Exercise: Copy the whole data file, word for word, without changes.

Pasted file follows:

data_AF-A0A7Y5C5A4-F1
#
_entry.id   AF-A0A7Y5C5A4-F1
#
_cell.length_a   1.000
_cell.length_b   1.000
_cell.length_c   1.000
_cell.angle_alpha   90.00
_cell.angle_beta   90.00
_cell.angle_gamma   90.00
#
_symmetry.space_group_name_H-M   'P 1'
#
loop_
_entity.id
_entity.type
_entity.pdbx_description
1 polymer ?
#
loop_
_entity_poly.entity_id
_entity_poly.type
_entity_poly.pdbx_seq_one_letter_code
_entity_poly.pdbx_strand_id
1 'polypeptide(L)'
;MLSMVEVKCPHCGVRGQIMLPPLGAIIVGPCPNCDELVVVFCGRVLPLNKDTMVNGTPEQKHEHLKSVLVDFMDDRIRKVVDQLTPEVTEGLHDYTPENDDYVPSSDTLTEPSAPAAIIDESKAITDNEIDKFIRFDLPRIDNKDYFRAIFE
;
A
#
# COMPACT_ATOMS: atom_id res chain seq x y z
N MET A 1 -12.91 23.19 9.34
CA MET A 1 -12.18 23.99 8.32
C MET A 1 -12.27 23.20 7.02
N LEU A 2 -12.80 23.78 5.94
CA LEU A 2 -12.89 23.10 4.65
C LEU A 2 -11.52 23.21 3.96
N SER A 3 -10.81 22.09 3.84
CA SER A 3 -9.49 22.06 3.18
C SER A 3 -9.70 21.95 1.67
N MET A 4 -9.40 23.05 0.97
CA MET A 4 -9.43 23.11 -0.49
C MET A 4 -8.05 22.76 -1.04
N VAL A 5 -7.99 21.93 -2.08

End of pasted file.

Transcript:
data_AF-A0A7Y5C5A4-F1
#
_entry.id   AF-A0A7Y5C5A4-F1
#
_cell.length_a   1.000
_cell.length_b   1.000
_cell.length_c   1.000
_cell.angle_alpha   90.00
_cell.angle_beta   90.00
_cell.angle_gamma   90.00
#
_symmetry.space_group_name_H-M   'P 1'
#
loop_
_entity.id
_entity.type
_entity.pdbx_description
1 polymer ?
#
loop_
_entity_poly.entity_id
_entity_poly.type
_entity_poly.pdbx_seq_one_letter_code
_entity_poly.pdbx_strand_id
1 'polypeptide(L)'
;MLSMVEVKCPHCGVRGQIMLPPLGAIIVGPCPNCDELVVVFCGRVLPLNKDTMVNGTPEQKHEHLKSVLVDFMDDRIRKVVDQLTPEVTEGLHDYTPENDDYVPSSDTLTEPSAPAAIIDESKAITDNEIDKFIRFDLPRIDNKDYFRAIFE
;
A
#
# COMPACT_ATOMS: atom_id res chain seq x y z
N MET A 1 -12.91 23.19 9.34
CA MET A 1 -12.18 23.99 8.32
C MET A 1 -12.27 23.20 7.02
N LEU A 2 -12.80 23.78 5.94
CA LEU A 2 -12.89 23.10 4.65
C LEU A 2 -11.52 23.21 3.96
N SER A 3 -10.81 22.09 3.84
CA SER A 3 -9.49 22.06 3.18
C SER A 3 -9.70 21.95 1.67
N MET A 4 -9.40 23.05 0.97
CA MET A 4 -9.43 23.11 -0.49
C MET A 4 -8.05 22.76 -1.04
N VAL A 5 -7.99 21.93 -2.08